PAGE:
of the big bets.
The trend held true even when distressed companies, whose
default insurance costs are more sensitive to market movements,
were removed from the analysis. Reuters used data from Markit,
the index publisher, for the analysis.
New York University finance professor Marti G. Subrahmanyam,
who looked at the results of Reuters' analysis, disputed
JPMorgan's statement that there was no cause-and-effect
relationship between the big bets and the subsequent increase in
default insurance costs.
"How could it be otherwise?" Subrahmanyam said. "The whole
market knows that one agent has a substantial position, and the
market will react to that."
Peter Tchir of TF Market Advisors, a financial advisory firm
in New Canaan, Connecticut, analyzed the trading in May and said
the spikes in default insurance were a result of the struggle
between JPMorgan and the hedge funds. That type of trading "can
just influence the whole market," Tchir said.
On Friday, Barclays Capital analysts said default insurance
for some companies was more expensive than their credit quality
seemed to warrant.
Making a direct comparison is impossible because there are
no companies that are exactly similar to the 121 in the index at
the center of the trades, Subrahmanyam cautioned.
But if the broader economic concerns were the dominant
factor, companies in the unrelated index should have had an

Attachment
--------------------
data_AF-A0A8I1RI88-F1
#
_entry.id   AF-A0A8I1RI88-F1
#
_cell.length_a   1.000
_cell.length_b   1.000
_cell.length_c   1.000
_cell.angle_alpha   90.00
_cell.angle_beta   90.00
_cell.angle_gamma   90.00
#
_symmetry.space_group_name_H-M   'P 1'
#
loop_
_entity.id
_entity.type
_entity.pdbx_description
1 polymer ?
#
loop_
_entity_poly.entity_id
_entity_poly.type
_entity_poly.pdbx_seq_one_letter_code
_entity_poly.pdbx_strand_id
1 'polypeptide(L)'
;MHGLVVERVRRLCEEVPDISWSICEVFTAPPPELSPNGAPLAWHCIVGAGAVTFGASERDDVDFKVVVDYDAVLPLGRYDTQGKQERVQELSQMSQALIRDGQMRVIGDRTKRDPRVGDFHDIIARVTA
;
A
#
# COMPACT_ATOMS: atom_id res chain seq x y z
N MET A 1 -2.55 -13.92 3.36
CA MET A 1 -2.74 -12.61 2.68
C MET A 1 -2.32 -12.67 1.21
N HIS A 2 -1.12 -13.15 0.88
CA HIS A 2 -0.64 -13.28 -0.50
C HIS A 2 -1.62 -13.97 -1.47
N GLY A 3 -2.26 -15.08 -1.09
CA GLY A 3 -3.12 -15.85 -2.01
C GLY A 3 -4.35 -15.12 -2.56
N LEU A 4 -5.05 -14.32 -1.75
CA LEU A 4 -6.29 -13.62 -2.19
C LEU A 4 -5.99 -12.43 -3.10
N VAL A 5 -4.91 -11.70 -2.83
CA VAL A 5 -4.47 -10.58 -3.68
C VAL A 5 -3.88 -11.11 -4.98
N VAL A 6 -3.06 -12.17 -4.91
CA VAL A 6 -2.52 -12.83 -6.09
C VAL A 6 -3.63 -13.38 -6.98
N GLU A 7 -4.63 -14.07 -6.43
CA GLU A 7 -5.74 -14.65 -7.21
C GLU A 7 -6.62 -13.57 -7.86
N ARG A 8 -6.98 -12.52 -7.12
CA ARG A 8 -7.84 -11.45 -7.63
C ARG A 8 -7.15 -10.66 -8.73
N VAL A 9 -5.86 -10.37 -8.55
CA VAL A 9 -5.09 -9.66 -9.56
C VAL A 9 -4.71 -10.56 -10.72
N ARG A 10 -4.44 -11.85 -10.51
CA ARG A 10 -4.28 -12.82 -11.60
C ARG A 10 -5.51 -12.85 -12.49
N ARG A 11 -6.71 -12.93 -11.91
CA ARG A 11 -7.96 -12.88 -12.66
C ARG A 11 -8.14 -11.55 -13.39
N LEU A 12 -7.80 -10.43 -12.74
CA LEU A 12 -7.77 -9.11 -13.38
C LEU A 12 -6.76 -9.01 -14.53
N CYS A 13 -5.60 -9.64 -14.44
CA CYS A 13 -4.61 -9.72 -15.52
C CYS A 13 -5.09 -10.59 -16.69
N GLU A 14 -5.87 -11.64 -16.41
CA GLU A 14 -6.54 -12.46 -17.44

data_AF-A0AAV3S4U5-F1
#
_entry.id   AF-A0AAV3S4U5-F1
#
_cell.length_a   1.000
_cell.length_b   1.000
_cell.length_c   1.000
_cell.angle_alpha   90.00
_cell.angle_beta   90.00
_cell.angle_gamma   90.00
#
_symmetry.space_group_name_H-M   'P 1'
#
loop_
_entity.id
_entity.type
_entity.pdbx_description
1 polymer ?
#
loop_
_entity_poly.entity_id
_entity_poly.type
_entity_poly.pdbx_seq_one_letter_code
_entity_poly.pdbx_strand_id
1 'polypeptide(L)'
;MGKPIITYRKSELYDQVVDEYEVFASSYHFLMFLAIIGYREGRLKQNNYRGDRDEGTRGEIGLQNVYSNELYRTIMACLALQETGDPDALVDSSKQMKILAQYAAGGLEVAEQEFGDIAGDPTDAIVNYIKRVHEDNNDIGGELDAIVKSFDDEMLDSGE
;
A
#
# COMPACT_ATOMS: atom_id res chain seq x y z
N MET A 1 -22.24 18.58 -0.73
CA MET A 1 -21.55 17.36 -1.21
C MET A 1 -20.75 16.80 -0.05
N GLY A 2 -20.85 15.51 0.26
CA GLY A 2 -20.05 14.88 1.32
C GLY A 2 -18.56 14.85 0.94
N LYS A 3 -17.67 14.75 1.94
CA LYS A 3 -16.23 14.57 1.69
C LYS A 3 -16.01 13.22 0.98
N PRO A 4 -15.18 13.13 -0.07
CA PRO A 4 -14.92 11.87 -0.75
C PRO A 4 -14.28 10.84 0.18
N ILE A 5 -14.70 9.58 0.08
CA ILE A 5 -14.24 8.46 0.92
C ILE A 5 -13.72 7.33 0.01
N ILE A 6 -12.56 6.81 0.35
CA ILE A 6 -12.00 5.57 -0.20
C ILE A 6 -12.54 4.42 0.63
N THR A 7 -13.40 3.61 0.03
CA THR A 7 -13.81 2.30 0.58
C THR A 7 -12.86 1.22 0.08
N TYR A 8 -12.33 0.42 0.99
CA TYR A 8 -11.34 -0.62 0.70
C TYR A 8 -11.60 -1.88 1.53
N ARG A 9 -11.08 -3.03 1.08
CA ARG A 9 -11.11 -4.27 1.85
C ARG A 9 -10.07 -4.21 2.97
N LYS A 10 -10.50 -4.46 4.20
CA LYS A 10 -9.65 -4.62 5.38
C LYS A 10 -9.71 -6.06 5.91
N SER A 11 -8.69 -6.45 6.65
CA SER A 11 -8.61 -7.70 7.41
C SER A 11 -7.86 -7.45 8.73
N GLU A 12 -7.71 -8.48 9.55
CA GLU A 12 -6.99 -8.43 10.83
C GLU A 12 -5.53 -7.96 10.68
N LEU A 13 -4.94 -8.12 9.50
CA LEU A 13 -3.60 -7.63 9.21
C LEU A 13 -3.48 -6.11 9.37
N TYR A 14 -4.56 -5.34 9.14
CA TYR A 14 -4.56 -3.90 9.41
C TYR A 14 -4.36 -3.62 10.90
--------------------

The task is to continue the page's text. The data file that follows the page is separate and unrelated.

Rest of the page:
equally strong jump in the cost of their credit insurance,
A surge in credit default swap prices can sometimes make a
big difference for companies. When the cost of insurance
increases, it can signal a company is in trouble because
investors, increasingly worried that debt won't be repaid, buy
more protection against default.
For example, the cost to protect against default at Bank of
America Corp climbed last autumn, sending jitters through the
A company's borrowing costs can be affected. At least 33 of
the 121 companies in the credit default swap index in the
JPMorgan trades have loan commitments from banks whose interest
rates are tied to various versions of the index or their
individual default insurance costs. Companies use these loan
commitments to provide cash for day-to-day operations.
Financially strong companies typically do not tap the loan
commitments except in times of stress.
A look at one credit agreement illustrates how borrowing
costs can be affected. Caterpillar Inc has a $3.9
billion loan commitment whose interest rate will go up if its
five-year default protection increases, according to Thomson
Reuters LPC data.
From May 1 to May 14, the construction equipment maker's
five-year default insurance has increased to $104,000 a
year from $82,900. That means that if Caterpillar had to tap the
loan commitment, its cost to do so would have increased. Under
the agreement, though, the company's interest rates on the loan
would be calculated based on a maximum default insurance cost of
A Caterpillar spokesman declined to comment.
(Editing by Dan Wilchins, Alwyn Scott, Martin Howell and Lisa